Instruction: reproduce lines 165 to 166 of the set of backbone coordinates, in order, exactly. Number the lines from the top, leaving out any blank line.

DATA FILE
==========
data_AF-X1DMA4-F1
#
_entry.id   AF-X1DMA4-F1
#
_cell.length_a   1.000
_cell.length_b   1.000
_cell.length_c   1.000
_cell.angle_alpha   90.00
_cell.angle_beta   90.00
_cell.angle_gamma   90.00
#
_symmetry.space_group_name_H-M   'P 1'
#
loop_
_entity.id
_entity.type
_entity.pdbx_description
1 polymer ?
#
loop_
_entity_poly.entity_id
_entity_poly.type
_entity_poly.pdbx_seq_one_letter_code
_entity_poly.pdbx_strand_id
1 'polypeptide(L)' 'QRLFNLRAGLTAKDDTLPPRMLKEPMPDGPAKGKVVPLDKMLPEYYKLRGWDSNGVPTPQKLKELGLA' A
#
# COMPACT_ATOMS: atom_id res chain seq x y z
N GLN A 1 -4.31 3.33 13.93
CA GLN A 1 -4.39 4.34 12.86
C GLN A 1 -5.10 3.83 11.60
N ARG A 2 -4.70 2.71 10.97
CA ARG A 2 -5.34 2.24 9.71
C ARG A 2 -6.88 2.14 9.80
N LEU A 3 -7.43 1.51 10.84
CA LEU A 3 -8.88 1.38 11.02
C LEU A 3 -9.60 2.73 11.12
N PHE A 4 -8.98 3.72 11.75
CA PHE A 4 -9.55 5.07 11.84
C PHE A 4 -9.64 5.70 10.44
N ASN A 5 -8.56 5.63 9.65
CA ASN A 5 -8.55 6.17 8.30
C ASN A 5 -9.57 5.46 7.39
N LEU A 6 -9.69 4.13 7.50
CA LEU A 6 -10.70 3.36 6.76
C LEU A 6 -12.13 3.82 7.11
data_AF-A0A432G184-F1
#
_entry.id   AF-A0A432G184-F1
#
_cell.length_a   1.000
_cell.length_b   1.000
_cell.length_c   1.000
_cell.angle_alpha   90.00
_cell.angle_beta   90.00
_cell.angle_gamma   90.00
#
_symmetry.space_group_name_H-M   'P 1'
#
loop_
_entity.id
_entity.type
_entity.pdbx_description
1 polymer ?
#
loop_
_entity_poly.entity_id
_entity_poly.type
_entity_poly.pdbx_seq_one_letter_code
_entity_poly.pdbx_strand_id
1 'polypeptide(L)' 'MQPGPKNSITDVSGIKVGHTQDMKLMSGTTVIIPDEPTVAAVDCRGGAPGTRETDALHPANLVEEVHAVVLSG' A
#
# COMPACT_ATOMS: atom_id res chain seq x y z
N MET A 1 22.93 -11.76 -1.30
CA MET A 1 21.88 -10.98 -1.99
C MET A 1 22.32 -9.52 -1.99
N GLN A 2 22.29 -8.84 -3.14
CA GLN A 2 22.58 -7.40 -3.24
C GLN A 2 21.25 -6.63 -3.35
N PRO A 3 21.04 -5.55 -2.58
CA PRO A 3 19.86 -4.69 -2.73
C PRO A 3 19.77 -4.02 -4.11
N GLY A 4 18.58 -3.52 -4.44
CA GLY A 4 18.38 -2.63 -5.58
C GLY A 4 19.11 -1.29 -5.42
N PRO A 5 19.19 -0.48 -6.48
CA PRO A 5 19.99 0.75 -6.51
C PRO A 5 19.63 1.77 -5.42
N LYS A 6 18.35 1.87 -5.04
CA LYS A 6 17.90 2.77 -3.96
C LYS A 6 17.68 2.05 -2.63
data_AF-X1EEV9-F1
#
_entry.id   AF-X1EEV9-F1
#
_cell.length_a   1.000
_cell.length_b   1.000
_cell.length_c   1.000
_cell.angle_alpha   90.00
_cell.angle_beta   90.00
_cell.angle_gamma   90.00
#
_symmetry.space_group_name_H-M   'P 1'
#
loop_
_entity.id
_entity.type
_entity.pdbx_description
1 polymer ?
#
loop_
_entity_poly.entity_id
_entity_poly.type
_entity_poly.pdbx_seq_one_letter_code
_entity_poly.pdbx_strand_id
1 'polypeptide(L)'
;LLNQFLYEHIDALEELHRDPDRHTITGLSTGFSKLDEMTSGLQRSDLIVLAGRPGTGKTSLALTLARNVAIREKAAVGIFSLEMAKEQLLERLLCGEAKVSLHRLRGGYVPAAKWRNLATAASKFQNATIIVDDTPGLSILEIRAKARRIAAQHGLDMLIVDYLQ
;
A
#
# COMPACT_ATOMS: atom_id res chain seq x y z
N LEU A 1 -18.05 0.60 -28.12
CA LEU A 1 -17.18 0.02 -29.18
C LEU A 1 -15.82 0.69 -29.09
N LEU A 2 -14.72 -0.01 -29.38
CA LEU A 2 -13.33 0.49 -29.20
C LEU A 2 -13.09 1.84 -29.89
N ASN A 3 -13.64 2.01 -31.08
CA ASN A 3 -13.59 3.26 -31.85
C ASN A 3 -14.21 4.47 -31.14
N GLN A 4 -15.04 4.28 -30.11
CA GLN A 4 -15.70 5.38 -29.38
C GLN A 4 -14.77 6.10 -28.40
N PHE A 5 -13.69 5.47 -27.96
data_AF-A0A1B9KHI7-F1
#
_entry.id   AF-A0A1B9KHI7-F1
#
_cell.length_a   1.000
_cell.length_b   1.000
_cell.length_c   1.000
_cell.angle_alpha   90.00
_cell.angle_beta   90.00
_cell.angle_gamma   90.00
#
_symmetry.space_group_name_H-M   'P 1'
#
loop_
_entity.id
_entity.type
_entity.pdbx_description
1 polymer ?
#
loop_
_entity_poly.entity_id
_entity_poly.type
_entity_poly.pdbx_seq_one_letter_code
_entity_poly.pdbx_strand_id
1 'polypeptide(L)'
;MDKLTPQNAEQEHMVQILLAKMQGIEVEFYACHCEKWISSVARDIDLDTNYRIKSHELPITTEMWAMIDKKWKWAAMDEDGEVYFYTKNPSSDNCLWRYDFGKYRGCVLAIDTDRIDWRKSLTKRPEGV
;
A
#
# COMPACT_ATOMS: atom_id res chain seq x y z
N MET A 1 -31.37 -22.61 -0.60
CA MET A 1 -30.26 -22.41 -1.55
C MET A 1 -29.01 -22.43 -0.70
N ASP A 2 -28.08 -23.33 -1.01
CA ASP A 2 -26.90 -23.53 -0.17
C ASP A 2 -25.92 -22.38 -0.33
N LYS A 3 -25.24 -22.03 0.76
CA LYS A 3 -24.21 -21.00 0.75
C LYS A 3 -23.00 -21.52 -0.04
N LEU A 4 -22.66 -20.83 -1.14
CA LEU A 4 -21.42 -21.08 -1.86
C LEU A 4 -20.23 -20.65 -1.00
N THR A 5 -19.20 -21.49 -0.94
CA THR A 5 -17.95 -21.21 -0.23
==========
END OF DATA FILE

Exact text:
CA MET A 1 -30.26 -22.41 -1.55
C MET A 1 -29.01 -22.43 -0.70